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A week in the life of a restaurant owner, ahead of a COVID winter

Marielle Segarra Dec 14, 2020
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A Pasta Louise holiday gift basket. "I feel like my mind is just always kind of thinking about ways to keep people out and supporting us for the winter," says owner Allison Arevalo. Allison Arevalo
Back to Business

A week in the life of a restaurant owner, ahead of a COVID winter

Marielle Segarra Dec 14, 2020
Heard on:
A Pasta Louise holiday gift basket. "I feel like my mind is just always kind of thinking about ways to keep people out and supporting us for the winter," says owner Allison Arevalo. Allison Arevalo
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As of Monday, Dec. 14, indoor dining is banned again in New York City restaurants because of rising COVID-19 numbers.

That leaves restaurants in New York, as in other places, with only outdoor dining, which will be tricky as the weather gets colder.

Allison Arevalo owns a restaurant in Brooklyn called Pasta Louise. She kept a weeklong diary for us, as she, like many restaurant owners, faces yet another seismic change in the industry.

Pasta Louise’s cauliflower kale pesto with burrata. (Credit: Allison Arevalo)

Pasta Louise is located in Park Slope, Brooklyn. It’s named after Arevalo’s grandmother, who taught her how to cook, and it serves mainly fresh pasta, topped with things like meatballs and spicy red pesto. The seating is all outdoors, under heated awnings.

Kids make Christmas ornaments from dried pasta. (Credit: Allison Arevalo)

On the Sunday after Thanksgiving, Pasta Louise hosts an event for kids. They make Christmas ornaments from dried pasta and red glitter. It’s 40 degrees outside, but Arevalo is hopeful that a bunch of kids will show up — and that their parents buy a lot of hot chocolate and egg sandwiches.
The event goes well.

“In this neighborhood, there are so many kids, and as long as we can get the kids out, we can get the parents out,” she said.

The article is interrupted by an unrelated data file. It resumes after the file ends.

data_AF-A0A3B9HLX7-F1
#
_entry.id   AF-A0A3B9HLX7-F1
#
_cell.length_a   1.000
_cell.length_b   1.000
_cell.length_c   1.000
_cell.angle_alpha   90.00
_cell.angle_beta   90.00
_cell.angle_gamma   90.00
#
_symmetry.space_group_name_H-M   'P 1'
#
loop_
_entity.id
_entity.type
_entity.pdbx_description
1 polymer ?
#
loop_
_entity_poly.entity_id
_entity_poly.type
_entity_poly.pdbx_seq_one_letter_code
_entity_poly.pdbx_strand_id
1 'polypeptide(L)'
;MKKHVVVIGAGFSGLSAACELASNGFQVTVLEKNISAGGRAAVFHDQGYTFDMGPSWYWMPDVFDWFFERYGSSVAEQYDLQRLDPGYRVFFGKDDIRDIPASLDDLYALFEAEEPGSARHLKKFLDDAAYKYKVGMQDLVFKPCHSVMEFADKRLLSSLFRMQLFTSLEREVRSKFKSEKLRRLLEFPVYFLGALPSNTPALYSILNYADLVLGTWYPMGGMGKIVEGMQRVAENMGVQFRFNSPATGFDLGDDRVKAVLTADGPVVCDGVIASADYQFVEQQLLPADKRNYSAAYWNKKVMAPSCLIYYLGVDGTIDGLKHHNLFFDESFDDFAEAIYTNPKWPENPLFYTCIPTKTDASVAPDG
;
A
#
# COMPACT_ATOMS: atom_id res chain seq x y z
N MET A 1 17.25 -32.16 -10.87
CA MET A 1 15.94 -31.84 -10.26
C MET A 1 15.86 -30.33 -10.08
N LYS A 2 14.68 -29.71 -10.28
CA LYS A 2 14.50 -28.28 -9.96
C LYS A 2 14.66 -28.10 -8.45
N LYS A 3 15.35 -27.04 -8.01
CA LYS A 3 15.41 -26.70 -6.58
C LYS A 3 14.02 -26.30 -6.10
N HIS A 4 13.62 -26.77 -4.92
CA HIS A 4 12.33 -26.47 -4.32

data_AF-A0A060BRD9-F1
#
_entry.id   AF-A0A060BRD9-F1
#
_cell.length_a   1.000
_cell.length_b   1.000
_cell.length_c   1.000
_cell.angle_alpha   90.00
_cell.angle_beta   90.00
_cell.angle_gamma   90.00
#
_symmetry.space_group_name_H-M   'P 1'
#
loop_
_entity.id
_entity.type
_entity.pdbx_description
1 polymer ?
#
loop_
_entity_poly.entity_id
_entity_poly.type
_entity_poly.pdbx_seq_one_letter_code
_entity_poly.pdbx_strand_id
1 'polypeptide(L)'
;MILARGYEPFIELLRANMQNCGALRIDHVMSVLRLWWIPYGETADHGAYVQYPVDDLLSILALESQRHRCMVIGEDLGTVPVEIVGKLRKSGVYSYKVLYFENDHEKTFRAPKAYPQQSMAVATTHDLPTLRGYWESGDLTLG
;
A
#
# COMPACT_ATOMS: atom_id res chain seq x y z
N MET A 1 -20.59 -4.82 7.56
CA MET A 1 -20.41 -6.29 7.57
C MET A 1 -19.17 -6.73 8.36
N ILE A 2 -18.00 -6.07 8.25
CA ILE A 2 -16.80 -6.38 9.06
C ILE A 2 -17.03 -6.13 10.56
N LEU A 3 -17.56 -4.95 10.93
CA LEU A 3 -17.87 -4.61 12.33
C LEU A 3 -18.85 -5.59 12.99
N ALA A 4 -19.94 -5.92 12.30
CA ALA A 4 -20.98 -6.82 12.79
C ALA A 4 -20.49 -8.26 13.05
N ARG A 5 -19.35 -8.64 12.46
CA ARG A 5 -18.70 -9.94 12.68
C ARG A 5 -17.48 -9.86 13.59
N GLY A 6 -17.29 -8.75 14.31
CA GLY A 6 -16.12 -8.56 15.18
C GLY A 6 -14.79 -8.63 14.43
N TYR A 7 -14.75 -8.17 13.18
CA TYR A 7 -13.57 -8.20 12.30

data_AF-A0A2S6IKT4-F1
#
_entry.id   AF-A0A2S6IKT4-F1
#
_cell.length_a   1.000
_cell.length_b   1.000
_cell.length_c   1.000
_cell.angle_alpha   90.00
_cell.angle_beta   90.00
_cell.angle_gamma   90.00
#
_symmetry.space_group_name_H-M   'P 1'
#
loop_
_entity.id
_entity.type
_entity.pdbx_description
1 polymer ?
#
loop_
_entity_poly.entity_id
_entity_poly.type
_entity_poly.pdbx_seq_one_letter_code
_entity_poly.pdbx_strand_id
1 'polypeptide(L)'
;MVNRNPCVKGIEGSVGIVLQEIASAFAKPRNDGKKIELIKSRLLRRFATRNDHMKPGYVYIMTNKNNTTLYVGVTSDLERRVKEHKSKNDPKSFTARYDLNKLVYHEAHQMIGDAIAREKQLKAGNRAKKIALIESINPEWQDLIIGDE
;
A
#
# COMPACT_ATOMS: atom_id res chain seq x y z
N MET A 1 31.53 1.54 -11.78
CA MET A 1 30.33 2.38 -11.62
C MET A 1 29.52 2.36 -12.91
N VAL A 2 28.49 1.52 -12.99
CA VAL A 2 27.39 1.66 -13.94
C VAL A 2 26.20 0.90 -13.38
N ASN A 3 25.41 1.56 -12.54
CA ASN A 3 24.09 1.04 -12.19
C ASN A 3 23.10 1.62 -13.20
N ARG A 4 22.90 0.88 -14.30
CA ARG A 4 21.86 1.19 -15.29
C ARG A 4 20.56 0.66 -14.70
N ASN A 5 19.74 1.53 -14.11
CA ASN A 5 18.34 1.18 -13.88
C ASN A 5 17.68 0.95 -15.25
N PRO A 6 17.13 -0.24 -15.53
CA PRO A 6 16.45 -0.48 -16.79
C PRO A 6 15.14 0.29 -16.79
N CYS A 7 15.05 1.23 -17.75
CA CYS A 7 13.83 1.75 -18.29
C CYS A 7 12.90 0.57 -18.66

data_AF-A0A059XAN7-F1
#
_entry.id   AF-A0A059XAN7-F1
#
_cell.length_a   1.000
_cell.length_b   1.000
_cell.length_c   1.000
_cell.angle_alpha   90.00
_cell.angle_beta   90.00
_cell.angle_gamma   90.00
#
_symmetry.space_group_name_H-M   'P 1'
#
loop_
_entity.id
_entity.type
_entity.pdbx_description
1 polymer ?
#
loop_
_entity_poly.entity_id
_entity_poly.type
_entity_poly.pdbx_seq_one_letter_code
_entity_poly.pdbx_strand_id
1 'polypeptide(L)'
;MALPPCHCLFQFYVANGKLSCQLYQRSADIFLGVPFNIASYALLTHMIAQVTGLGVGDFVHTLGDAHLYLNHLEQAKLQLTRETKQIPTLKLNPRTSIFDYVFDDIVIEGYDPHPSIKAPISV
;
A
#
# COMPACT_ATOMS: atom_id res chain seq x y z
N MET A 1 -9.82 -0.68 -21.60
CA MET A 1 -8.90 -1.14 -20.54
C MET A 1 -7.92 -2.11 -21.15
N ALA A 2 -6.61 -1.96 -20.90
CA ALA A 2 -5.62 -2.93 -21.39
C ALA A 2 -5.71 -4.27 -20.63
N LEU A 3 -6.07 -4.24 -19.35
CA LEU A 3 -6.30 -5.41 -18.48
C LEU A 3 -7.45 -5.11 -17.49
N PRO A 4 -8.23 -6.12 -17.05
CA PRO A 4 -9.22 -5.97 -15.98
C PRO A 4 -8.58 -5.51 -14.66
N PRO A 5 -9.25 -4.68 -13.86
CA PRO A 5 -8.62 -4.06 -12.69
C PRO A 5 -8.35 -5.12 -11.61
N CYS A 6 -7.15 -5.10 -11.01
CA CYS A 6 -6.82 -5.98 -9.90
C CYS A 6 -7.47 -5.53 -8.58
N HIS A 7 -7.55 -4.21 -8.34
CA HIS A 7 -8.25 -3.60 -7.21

On Monday, the restaurant is closed. Tuesday, business is slow.

Wednesday morning, Arevalo wakes up thinking about gift baskets. The restaurant is selling them for the holiday.

“I feel like my mind is just always kind of thinking about ways to keep people out and supporting us for the winter,” she said.

Allison Arevalo, center, kneeling, with her staff. (Courtesy of Allison Arevalo)

Later on Wednesday, business is so slow that she sends one of her servers home. She worries that she might have to lay off some of her 28 employees.

The rest of the day isn’t much better. But as she’s about to bike home, she sees some of the restaurant’s regulars sitting outside, and it lifts her mood. 

“One of them stopped me and told me to be careful because I wasn’t wearing my helmet,” she said. “And another guy was asking me what are we doing for Christmas platters, because he really likes meat and he wants a platter with more meat in it.”

Things start looking up by Thursday night — the restaurant actually has a waitlist. Same thing on Friday and Saturday. The restaurant also gets a ton of takeout orders.

On Saturday, Arevalo said that as long as New York doesn’t also ban outdoor dining, she thinks Pasta Louise can make it through December.

“The real challenge is going to be January and February,” she said, walking in the door to see her family after a long week.

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